Last time we talked about topwater options for the postspawn and early summer. As good as those baits are, though, they only last so long. At some point the weather and the water turn hot. We need to think about bringing them up from deep water.
There are several ways to do that but one of the best is with a deep crankbait. A deep crankbait will help you search for them. And, when you do find them it’ll catch them when they’re hungry as well as with a reaction bite when they aren’t. It’s a universal-type bass fishing lure.
My education into deep cranking came early in my career. Back in 1993, I was fishing a B.A.S.S. Top 100 tournament as an amateur. On the third day I drew the legendary crankbait pro and Bassmaster Classic champion, David Fritts. He was throwing a crankbait on slow tapering points in 15 feet of water. I was throwing a Carolina rig. He wore me out. I’ve never forgotten that day.
The toughest part of deep cranking is in your head. Deep to me used to mean anything below 12 feet. Now it means as deep as 20 feet. I know that cranking that deep is hard for a lot of anglers to wrap their heads around. Twenty feet sounds really, really deep. The thing is, though, it isn’t all that deep. Look at your bass boat. It’s probably about 20 feet long. That’s all there is to it.
Now let’s talk about how to do it. In my mind deep cranking can be broken down into four parts — the lure, the line, the rod and reel, the cast.
The lure: There are several good deep crankbaits on the market today. For my money, though, I’m going with Rapala’s Ike’s Custom Ink DT Series Crankbaits. The four deepest running models will run anywhere between 10 and 20 feet deep. That’s where you want to be at this time of the year when the fish start moving from the postspawn into a true summer pattern.
Another thing about our DT Series is that the colors have been custom designed by me for maximum effectiveness. I guarantee you they’ll all catch bass. Pick the one that matches the forage where you’re fishing. If you’re in doubt, go with a shad looking color.
The Line: Your line is what’s between a big bass and a broken heart. Why take chances? I don’t. That’s why I fish my baits on Berkley Trilene 100% Fluorocarbon. It’s thin. It’s tough. It’s affordable.
I always fish with the lightest test-weight I can get away with given the size of the fish I expect to catch and the water conditions. The thing to remember about line is that the lighter the test-weight, the deeper your plug will run. As a general rule every two pounds of test weight will move your bait up or down about a foot and a half depending on whether you’re moving your line’s test-weight up or down.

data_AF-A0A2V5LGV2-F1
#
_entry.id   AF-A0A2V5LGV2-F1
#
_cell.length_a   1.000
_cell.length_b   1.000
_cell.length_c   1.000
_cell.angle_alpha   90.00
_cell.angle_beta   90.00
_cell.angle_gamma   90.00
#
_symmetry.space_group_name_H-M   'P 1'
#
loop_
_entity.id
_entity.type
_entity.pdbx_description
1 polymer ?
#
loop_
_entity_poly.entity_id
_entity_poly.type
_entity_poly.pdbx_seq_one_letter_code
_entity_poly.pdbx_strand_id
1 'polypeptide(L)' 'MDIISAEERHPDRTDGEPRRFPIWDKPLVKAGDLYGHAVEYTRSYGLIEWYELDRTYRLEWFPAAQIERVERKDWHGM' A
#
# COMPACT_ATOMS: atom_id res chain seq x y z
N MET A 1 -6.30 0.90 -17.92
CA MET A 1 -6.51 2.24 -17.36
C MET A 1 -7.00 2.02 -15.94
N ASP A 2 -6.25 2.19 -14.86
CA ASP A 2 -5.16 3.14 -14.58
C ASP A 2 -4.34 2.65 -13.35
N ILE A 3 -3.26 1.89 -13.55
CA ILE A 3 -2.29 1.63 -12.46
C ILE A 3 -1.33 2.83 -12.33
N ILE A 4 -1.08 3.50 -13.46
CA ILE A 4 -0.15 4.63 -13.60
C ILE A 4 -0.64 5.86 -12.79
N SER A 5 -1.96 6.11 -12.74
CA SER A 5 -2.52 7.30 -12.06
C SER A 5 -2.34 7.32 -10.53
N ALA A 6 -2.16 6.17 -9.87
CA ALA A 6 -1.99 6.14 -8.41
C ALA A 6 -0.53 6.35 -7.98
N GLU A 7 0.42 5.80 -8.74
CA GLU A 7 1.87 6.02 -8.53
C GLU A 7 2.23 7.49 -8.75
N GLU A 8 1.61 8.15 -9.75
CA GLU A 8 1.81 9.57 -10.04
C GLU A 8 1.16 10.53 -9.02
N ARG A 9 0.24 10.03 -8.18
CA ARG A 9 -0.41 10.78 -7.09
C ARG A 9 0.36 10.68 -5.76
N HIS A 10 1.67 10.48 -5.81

And, don’t be afraid to go with light test-weights. I fish deep with 10-pound-test all the time. Trilene 100% Fluorocarbon is tough. It’ll hold a knot for a while. Still, deep crankbaits put a lot of pressure on line so I recommend retying often. You know, just to be sure.
The rod: This is an easy one. I fish my deep crankbaits with my Abu Garcia Ike Delay Series Casting Rods. The longer models range from 7 feet to 7 feet, 10 inches. The longest one has a medium heavy action. The others are medium actions. They all have a moderate taper with a short delay — less than a second — when you set the hook. They’re perfect for deep crankin’.
The cast: Make as long a cast as possible and make sure it goes past your target. Every lure takes a few cranks of the reel handle to get down to its maximum depth. I usually crank fast for a few turns and then slow down a bit.
Pointing you rod tip down helps with depth and so does a medium or high-speed reel. I personally use an Abu Garcia REVO Ike Casting reel with a 6.6:1 gear ratio. That gives me what I need as far as speed and power is concerned.
Now I want to tell you the most important thing of all about deep cranking: Hit something, anything, with your lure. Almost every bass I’ve ever caught on a crankbait happened when it was striking or deflecting off of something.
Don’t let deep bass get the better of you this year. Crank ‘em up!
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